VCs Are Sitting Tight On Top of a Big Cash Pile

Potential investors have pivoted toward less-risky bets that will hopefully deliver results even sooner.

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Venture capitalists have a new motto: nothing ventured, nothing lost. They’re sitting on more than $300 billion of cash.

Know When to Walk Away

Between 2020 and 2022, VCs managed to raise a record $435 billion, but so far, they’ve deployed only about half of that, The Financial Times reported on Tuesday. So what happened? It’s not like there’s a dearth of plucky young companies touting their expertise in blockchain or AI or some other disruptive technology. But as Wired noted earlier this month, the days of ultra-low interest rates and outsized investment returns on startups are a thing of the past.

VCs have now pivoted to safer bets on more established companies or those already in their portfolios as opposed to frivolously handing out seed money:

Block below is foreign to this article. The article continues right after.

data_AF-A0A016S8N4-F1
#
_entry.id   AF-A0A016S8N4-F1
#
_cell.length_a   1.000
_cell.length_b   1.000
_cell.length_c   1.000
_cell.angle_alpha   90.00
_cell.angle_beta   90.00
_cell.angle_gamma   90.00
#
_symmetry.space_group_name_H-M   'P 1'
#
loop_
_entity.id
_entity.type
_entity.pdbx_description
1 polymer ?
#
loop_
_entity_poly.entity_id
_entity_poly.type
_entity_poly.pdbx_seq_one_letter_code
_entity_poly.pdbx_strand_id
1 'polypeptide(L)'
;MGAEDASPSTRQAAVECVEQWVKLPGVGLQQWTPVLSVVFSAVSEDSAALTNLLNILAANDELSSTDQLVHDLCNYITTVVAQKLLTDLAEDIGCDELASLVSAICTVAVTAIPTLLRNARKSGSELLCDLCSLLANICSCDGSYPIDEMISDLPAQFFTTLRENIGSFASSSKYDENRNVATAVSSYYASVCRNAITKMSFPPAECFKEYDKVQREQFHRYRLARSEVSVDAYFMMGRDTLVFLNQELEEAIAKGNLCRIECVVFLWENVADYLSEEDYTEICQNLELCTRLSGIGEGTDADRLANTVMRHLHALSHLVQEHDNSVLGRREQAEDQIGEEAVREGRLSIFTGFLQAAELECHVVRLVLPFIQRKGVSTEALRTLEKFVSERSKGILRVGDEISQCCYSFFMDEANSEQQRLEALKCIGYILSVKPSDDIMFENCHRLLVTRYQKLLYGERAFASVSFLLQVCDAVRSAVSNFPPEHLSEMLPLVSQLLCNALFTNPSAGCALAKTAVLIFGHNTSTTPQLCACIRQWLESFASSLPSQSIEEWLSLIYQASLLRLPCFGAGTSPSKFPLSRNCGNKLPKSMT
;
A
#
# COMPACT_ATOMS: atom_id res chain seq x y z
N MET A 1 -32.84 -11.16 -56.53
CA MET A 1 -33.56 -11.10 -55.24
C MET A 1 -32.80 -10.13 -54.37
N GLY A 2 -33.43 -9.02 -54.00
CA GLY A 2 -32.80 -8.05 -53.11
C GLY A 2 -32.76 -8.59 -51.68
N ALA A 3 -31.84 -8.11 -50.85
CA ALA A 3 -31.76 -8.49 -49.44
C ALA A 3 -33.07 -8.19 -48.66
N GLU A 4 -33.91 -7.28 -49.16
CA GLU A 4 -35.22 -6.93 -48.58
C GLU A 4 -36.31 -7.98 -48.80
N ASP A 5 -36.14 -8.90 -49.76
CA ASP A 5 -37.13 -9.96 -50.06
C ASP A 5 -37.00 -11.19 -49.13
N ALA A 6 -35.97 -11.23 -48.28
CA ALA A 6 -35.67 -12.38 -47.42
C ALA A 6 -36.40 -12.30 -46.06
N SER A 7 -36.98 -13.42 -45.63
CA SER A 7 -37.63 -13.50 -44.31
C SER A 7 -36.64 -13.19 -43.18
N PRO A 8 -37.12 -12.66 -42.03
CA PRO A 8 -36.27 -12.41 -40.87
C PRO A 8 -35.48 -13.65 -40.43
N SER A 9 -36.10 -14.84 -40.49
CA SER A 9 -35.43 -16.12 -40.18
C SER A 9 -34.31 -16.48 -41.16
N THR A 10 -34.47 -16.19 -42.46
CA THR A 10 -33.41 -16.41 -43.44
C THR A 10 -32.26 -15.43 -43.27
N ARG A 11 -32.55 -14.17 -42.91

• Last year, Thrive Capital invested $1.8 billion into fintech group Stripe, which was founded in 2010. It’s also leading a purchase of employee stock at ChatGPT-creator OpenAI, the FT reported. 
  • Doing, well, not much, can be tricky for VCs, too. One Silicon Valley venture capitalist told the FT, “Investors don’t usually like to put pressure on VCs to spend money, but if you’re entering your third year of not doing anything, they’re starting to ask ‘what are my fees for?’”

Fallen Angels: As a result of VCs playing it safe, startups are folding at a scary pace. Last year, about 3,200 startups that collectively raised more than $27 billion in VC funding had gone out of business, The New York Times reported. Some of those include home construction group Veev, health automation service Olive AI, and who could forget WeWork’s bankruptcy filing? But Silicon Valley doesn’t stay dead for long. The next “Uber for cats” is likely right around the corner.